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US Treasury yields fall amid central banking news - http://ezmoneyonlinefromhome.com | how to make money online

February 22, 2018 10:07 am
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U.S. government debt prices were higher on Thursday.

The yield on the benchmark 10-year Treasury note was lower at around 2.924 percent at 5:35 a.m. ET, while the yield on the 30-year Treasury bond was lower at 3.202 percent. Bond yields move inversely to prices.

Investor anxiety was brought back to the surface Wednesday, after minutes from the Federal Reserve’s latest meeting revealed that members saw an uptick in inflation and increased economic growth as reasons for the central bank to continue its path on raising interest rates gradually.

The central banking news consequently put markets on edge, with U.S. government debt yields rising sharply following the document’s release, and Wall Street reversing gains, to finish the session down in the red.

The Fed said it still saw inflation reaching its 2 percent objective and that it didn’t look like it was getting out of control. The news surrounding higher interest rates continued to weigh on markets Thursday, but this won’t be the only piece of news set to shake up markets.

As debt yields pull back from their earlier gains, investors will be turning their attention to speeches by the U.S. Federal Reserve, and economic data.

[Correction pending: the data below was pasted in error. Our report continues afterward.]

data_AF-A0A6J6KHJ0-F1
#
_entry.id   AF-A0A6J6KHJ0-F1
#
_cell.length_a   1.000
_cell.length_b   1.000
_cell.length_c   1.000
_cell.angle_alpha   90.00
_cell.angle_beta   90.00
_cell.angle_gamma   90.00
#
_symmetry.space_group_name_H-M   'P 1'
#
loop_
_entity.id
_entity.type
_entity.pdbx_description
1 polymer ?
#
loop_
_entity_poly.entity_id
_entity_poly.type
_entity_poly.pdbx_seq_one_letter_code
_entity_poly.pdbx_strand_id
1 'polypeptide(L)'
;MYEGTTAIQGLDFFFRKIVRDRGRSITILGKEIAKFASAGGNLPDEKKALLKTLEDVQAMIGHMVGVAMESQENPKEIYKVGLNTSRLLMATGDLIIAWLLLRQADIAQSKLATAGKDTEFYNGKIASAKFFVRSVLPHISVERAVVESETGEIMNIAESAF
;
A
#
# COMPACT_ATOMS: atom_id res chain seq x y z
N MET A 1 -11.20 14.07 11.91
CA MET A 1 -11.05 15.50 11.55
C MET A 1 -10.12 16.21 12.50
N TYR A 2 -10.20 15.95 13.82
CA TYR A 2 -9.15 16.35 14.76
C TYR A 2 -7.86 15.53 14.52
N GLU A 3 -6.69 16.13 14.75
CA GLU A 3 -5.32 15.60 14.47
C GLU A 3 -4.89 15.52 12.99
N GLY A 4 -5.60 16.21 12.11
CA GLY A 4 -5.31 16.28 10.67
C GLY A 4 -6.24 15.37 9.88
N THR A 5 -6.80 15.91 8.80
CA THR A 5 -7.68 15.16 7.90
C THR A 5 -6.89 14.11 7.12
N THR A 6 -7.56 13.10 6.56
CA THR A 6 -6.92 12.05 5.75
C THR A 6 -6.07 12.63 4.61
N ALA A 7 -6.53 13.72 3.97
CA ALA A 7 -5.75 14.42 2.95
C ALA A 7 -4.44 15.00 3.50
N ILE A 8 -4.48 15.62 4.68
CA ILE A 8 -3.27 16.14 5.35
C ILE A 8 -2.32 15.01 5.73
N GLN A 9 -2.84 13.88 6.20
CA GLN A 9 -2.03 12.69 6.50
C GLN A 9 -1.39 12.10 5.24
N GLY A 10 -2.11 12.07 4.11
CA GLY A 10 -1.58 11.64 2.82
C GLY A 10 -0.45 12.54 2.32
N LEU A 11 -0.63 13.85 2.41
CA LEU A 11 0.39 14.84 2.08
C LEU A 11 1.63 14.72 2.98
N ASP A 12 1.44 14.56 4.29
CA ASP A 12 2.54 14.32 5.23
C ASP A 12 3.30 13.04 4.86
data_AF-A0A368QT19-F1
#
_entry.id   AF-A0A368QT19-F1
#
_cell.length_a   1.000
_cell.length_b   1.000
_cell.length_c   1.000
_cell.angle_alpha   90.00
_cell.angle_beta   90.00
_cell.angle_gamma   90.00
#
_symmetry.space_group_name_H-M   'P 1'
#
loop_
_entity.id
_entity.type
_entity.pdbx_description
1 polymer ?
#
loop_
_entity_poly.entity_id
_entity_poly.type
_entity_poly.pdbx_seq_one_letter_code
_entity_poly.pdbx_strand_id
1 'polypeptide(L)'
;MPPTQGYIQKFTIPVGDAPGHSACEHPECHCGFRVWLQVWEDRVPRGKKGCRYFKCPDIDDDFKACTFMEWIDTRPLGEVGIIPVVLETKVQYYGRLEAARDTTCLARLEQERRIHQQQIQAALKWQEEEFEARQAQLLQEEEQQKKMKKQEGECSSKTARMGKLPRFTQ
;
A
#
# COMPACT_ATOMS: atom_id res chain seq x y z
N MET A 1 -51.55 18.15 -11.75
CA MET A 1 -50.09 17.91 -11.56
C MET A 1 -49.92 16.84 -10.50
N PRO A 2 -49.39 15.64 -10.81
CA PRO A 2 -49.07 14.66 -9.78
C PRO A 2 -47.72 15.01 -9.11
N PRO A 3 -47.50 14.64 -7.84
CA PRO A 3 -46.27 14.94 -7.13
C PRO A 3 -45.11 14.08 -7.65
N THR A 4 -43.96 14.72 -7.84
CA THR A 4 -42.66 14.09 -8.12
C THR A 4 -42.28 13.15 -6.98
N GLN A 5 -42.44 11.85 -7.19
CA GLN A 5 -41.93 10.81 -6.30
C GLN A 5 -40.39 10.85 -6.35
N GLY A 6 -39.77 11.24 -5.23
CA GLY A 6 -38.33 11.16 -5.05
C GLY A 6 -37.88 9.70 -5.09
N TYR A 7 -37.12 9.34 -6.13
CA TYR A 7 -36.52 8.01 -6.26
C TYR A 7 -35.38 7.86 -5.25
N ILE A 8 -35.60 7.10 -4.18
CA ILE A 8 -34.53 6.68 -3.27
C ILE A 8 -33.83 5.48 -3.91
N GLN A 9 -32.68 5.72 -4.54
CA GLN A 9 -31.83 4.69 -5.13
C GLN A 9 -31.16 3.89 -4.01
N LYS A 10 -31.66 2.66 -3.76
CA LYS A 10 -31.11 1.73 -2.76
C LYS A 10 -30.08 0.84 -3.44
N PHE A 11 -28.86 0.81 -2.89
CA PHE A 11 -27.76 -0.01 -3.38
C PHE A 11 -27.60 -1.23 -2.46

On Thursday, Fed Governor Randal Quarles, New York Fed President William Dudley, Atlanta Fed President Raphael Bostic and Dallas Fed President Rob Kaplan will all be delivering remarks at separate engagements— with investors waiting to see if they provide further comments on the central bank’s minutes release.

Overseas, the European Central Bank is due to release the minutes from its latest monetary policy meeting, which took place in January.

On the data front, initial jobless claims will be released at 8:30 a.m. ET, followed by The Conference Board’s Leading Economic Index at 10 a.m. ET and the Kansas City Fed manufacturing index, due at 11 a.m. ET.

Elsewhere, the U.S. Treasury is set to auction $29 billion in seven-year notes, while announcing the size of three individual bills, due to be auctioned next week.

—CNBC’s Jeff Cox contributed to this report

 
 

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